Sound like the latest minty mouthwash or magnifying lens? Think again.
For freelance folks that crave a legal career without the courtroom, scoping
can be a profitable home-based business -- and in some areas, scoping is booming!
Self-employed scopists work closely with court reporters. Unlike the dinosaur
days of taking manual shorthand (causing many a cramped finger), reporters
key in testimony on a steno machine, carefully recording a conversation's
To the untrained eye, the end result of all this careful transcription
is a bunch of gobbledy-gook -- for instance, a translation for "FURL" could
be "if you recall" and "BRUP" could be "burden of proof."
A computer-aided transcription (CAT) machine translates this alien language
to English -- and the scopist's job begins.
Computers aren't perfect -- but a strong scopist can be! A scopist reviews
the translated text, makes any changes and edits the document. It may seem
like a simple editing job, but a scopist's input is incredibly crucial.
Court reporters, no matter how experienced they are, may miss testimony
or mis-key a statement.
Scopists provide a second set of experienced eyes that can research any
discrepancies, fix any errors and provide a polished transcript.
Why hire a scopist? One word: money. "Reporters are finding they can make
more money by using a scopist...instead of doing their own editing," says
Linda Evenson, spokesperson for the Scopist Task Force.
Plus, there's the error factor. Ever work on a big report for so long that
you don't see a glaring (and embarrassing) typo? Reporters face the same problem
-- and they need scopists to catch any goofs.
"In the highly litigious atmosphere in which we live, more lawsuits are
being brought, more depositions taken than ever before. Reporters that used
to do their own editing can no longer handle the workload and are seeking
help from scopists," says Evenson.
"As the shortage of new reporters hits the marketplace, I would expect
more scopists to be able to work full time at this profession."
Scopists -- A Field Guide
Do you memorize endless factoids, irritating friends and family? Good news
-- that skill can actually make you money.
"The best scopists are those who have an excellent command of the language
and have a very broad range of knowledge," advises Steve Miller, a self-employed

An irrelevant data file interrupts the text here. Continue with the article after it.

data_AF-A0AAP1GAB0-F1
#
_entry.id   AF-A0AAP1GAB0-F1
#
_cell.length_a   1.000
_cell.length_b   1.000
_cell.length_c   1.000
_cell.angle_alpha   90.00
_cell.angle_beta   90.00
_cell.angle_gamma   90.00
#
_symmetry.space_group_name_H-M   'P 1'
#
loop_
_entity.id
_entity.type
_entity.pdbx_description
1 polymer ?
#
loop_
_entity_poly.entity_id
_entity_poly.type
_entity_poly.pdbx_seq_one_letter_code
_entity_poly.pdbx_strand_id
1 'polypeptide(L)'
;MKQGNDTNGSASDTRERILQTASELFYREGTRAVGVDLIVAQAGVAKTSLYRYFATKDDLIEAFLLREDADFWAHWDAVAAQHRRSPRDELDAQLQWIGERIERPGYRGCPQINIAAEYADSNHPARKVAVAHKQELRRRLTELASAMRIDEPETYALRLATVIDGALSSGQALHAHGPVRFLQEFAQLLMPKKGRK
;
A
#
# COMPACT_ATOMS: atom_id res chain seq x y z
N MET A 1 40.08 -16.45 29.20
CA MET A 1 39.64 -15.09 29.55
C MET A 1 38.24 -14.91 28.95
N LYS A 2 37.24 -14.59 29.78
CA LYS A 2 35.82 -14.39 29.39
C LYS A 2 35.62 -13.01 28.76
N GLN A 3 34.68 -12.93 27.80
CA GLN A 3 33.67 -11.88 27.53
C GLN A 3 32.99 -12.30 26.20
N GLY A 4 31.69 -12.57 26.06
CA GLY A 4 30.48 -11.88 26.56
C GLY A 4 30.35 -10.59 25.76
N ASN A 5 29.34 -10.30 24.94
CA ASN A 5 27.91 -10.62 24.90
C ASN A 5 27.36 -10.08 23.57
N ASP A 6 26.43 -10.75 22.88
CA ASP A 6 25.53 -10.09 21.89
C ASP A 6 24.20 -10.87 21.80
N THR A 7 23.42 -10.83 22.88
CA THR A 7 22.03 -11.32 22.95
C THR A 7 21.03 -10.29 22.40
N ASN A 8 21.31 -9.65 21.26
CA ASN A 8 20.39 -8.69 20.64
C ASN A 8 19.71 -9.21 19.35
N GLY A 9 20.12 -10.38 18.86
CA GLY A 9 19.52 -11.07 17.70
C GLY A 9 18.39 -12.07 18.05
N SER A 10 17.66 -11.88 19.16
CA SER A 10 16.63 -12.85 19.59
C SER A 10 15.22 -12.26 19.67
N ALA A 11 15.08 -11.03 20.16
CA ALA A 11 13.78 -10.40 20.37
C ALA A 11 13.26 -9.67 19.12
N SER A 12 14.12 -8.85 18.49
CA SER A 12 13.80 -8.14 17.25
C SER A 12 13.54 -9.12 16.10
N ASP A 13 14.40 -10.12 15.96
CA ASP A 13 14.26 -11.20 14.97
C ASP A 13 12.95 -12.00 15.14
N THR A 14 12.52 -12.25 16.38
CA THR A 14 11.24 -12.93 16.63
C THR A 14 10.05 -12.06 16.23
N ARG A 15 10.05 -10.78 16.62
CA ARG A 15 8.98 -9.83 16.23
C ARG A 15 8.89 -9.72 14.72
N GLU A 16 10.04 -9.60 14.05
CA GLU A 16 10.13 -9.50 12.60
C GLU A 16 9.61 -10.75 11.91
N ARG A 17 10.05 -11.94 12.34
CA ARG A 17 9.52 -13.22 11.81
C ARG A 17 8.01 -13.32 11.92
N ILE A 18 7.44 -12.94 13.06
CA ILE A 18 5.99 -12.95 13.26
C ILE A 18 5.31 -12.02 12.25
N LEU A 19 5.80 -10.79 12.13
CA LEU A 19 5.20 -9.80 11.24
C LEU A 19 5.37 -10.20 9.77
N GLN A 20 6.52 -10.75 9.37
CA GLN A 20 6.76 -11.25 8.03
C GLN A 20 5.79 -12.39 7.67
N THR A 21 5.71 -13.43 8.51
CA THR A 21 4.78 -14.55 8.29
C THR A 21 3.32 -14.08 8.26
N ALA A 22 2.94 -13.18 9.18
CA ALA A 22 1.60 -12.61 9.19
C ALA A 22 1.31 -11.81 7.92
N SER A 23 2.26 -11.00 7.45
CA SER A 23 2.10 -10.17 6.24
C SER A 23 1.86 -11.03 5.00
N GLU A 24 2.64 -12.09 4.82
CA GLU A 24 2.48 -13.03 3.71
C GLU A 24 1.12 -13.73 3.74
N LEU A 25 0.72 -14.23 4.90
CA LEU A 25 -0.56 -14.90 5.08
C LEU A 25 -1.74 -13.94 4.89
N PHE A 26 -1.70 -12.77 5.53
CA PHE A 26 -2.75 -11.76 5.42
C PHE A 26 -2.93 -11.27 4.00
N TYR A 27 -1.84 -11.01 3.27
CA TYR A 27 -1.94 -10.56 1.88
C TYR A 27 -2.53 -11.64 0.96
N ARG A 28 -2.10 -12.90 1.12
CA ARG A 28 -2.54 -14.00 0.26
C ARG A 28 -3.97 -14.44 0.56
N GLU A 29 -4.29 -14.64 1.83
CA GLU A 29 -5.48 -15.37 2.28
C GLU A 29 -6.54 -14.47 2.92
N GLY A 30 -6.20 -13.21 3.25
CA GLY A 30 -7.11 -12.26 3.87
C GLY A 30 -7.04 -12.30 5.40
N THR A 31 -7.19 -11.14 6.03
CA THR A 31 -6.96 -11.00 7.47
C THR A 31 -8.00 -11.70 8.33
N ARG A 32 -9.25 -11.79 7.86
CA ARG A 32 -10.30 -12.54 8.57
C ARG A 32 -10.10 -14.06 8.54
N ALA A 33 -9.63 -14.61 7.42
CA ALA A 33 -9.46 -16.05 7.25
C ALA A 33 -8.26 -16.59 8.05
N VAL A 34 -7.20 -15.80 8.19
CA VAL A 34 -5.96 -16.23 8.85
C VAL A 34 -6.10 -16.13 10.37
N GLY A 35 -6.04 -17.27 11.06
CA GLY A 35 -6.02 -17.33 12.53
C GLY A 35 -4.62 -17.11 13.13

scopist in Florida.
"Read everything you can, work on developing grammatical and punctuation
skills and keep your ears open. You never know when you may see or hear something
that might be useful down the road."
Miller's knowledge base and written skills came in handy after he was downsized
from a major university. His court-reporter friends suggested a career switch
from administrative assistant to scopist -- and mentored him every step of
"A friend referred me to [the] Legal Services Institute of Clearwater,
Florida, which offers a study-at-home course."
Schooling gave Miller the crucial transcription skills he needed to actually
read the alien steno-language. His computer programming background helped
him learn the CAT software.
"I only used one of their three modules and my reporter friends mentored
me and assisted me in transcript format -- and I was on my way," reports Miller.
Starting Miller's business was expensive. A good computer system with modem
will set scopists back around $1,000 to $2,000. There's also software, reference
books, training costs and professional affiliations -- which can run in the
neighborhood of $4,500.
"CAT software is expensive. I believe that most scopists have an edit-only
station, which is a scaled-down version of what reporters utilize. I have
a full translation system, and it set me back $3,500," admits Miller.
If this sounds like the business for you, start saving now. Successful
scopists require all their necessary items before they open up shop.
Miller's day can be busy. "Depending on my workload, I usually work Monday
through Saturday and take Sunday off; however, if I'm swamped, I'll work Sunday
as well," says Miller. "Overnighters" are also a possibility -- and could
happen without warning.
"A few years ago I got a call at 6 p.m. from a client who had just gotten
out of an all-day deposition, and the attorneys wanted the transcript the
next morning. If I remember, it was about 300 pages and we were up until at
least 4 in the morning getting it out," remembers Miller.
Although an entrepreneur's career can be demanding, there are some perks
-- including flexible scheduling. "Being your own boss and [having] the ability
to set your own hours is definitely a positive, although it takes a lot of
What's the future of scoping? Look no further than your computer. The Internet
is opening up markets and allowing successful partnerships between geographically
distant court reporters and scopists.
E-mail and file transfers allow quick, accurate client communication and
processing. "It is interesting to note that although all but one of my clients
are local, I have only met two of them in person," says Miller. "All of my
work, except for the client that lives where I work, goes back and forth via
Ready to start scoping? Brush up on your computer skills, save up for your
training and supplies and plan your home office. Soon, you'll be creating
your own profitable home business -- and building a satisfied, loyal client
Miller says, "My best days are those when my reporters tell me that they
couldn't do it without me, which my clients tell me with enough frequency
to make it all worthwhile." Now that's a satisfying home-based career!
National Court Reporters Association
Support and resources for the court reporting and captioning
Scopist employment information, links and journals
Scopist Support Group
Learn more and network with peers